I found this in my Twitter stream this morning (and I apologize for the language, which is not mine, not that we aren’t all adults here anyway):

 

What’s apparently going on here is that Sinai Hospital of Baltimore, part of the not-for-profit LifeBridge Health organization, is that nurses are being given a financial incentive, albeit a small one, to make sure that as many patients as possible are discharged by noon each day. Each unit “must be at 20% discharges by noon,” according to this sign, which looks legit, though I can’t say I have been able to verify its authenticity. The sign says nothing about medical necessity. Let’s just keep those beds turning over so we can admit new patients and make more money.

Someone please tell me this is a hoax or that the tweeter has taken things out of context. Our healthcare institutions couldn’t possibly be that misguided, could they? Who am I kidding? Of course they could.

August 27, 2013 I Written By

I'm a freelance healthcare journalist, specializing in health IT, mobile health, healthcare quality, hospital/physician practice management and healthcare finance.

I sense a delay in MU2

I have no evidence to back this up, but I have a sneaking suspicion that the feds are giving serious thought to delaying some of the timelines in Stage 2 of Meaningful Use.

The pushback has been building for some time, and advanced in the past couple of weeks with the opinions of three important industry associations.

The American Association of Family Physicians called for a one-year delay and proposed separating providers into “three distinct cohorts,” depending on what year they first met Meaningful Use standards. HIMSS wants the attestation period for the first year of MU2 extended to April 2015 for hospitals and June 2015 for physicians and other “eligible professionals.” The MGMA asked CMS not to penalize physicians who reach Stage 1 but can’t make it to Stage 2 when penalties are due to start in 2015.

All cited the short timelines for vendors to get their products ready and certified for Stage 2.

And then there was the big news this month, the resignation of national health IT coordinator Dr. Farzad Mostashari, seemingly without warning. I can’t take credit for this idea, but an industry insider I spoke with this week suggested Mostashari may have wanted out because he didn’t want to be in charge of a watered-down or delayed program. Again, I have no evidence to support the idea, but it sounds absolutely plausible.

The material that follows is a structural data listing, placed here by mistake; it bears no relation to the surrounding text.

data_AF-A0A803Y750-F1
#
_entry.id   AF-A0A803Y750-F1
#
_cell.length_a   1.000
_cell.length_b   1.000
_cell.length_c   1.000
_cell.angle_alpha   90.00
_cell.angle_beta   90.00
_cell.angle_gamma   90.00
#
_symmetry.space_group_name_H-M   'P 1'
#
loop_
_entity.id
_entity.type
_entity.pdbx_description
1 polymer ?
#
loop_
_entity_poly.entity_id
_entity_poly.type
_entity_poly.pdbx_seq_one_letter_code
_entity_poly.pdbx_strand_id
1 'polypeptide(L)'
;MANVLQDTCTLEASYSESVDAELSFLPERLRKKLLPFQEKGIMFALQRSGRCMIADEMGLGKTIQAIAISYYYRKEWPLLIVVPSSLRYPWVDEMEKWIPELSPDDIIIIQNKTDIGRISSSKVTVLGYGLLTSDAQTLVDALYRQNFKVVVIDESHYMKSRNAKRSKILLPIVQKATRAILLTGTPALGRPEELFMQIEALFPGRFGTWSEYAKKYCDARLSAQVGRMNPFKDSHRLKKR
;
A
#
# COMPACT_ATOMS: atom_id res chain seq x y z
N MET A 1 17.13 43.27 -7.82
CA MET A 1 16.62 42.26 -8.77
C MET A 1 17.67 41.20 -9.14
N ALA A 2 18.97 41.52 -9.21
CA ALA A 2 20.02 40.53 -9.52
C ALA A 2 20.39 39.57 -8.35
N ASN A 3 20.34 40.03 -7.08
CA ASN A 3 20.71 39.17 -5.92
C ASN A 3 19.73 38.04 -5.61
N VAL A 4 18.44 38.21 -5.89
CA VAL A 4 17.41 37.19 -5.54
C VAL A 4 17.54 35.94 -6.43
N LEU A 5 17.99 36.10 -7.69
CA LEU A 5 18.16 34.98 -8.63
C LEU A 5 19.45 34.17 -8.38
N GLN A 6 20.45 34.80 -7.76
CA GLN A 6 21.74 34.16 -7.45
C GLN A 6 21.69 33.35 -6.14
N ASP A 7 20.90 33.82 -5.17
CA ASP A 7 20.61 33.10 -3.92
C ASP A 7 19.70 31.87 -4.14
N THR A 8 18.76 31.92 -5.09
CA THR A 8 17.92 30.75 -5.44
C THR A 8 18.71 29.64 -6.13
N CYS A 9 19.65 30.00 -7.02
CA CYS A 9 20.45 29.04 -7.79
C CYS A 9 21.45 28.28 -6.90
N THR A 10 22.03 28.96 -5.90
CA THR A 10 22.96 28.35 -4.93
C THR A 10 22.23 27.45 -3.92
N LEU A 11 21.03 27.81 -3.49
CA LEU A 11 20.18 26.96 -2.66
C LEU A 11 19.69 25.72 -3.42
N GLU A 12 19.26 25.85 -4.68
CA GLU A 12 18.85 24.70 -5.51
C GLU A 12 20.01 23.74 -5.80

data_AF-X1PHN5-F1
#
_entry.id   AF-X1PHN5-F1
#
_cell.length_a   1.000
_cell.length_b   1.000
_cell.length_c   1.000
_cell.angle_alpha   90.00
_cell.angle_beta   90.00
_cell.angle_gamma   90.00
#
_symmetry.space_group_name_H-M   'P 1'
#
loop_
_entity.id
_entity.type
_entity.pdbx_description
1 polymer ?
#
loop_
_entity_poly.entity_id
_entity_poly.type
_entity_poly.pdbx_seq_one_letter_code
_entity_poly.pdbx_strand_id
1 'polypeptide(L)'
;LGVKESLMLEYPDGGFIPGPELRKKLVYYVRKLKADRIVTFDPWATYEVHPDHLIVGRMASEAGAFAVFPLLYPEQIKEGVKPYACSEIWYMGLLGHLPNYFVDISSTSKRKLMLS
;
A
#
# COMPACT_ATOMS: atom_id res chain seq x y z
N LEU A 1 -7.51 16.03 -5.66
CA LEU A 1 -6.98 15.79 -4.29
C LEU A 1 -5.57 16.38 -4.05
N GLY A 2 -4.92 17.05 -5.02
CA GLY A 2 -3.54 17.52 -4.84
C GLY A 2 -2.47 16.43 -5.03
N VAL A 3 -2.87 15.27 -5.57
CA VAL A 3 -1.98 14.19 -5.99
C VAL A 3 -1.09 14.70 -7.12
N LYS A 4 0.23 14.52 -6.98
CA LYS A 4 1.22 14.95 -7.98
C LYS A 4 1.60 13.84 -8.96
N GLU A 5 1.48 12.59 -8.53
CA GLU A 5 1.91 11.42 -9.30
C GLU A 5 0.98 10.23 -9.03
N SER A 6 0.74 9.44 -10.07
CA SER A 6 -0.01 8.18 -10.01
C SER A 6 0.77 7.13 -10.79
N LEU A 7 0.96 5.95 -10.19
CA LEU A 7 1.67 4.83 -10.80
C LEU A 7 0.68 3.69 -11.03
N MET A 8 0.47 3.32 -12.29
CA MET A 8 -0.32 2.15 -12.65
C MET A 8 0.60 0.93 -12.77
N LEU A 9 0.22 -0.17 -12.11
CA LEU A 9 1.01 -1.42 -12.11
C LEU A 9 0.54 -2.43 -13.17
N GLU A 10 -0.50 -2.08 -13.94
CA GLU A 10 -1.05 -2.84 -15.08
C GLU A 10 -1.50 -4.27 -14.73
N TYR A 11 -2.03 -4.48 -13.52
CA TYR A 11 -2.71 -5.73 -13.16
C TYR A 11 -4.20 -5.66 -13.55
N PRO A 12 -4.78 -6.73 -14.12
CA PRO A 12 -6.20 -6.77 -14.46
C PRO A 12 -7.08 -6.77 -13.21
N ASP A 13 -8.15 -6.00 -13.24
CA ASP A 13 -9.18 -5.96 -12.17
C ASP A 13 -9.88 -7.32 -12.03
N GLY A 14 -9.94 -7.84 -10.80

I welcome your thoughts on this matter.

August 22, 2013 I Written By

I'm a freelance healthcare journalist, specializing in health IT, mobile health, healthcare quality, hospital/physician practice management and healthcare finance.

Things change pretty fast in health IT, don’t they?

Yes, things do change pretty fast in health IT. I realized this over the past couple of weeks when I updated my database of contacts by scanning and categorizing about 300 business cards I’ve collected over the past 2½ years. (I really let things pile up this time. Now that my desk is reasonably clean, I hope I never do that again. I can claim extraordinary circumstances in 2012, but that only accounts for one year.)

What really struck me, in addition to the amount of time I let this slide, is the number of new categories I had to create in the database and the number I had to modify. My contacts go back to when I started covering healthcare in October 2000, and I’ve had a card scanner for at least 10 years. I had “PDA” and “ASP” as two of the choices until I changed them to “smartphone” and “SaaS” within the last couple of years.

Here are a few terms that are new in my database since I last did a thorough update, probably early in 2011:

  • accountable care
  • analytics (as opposed to data mining)
  • business incubator
  • remote monitoring

I also can’t believe I didn’t have CIO as a category until this month.

Some of the changes reflect a shift in what I’ve covered, but some terms are pretty new. Did you know what accountable care was prior to 2010? Were there many business incubators or accelerators in healthcare before Rock Health started up in 2011? I don’t know of any.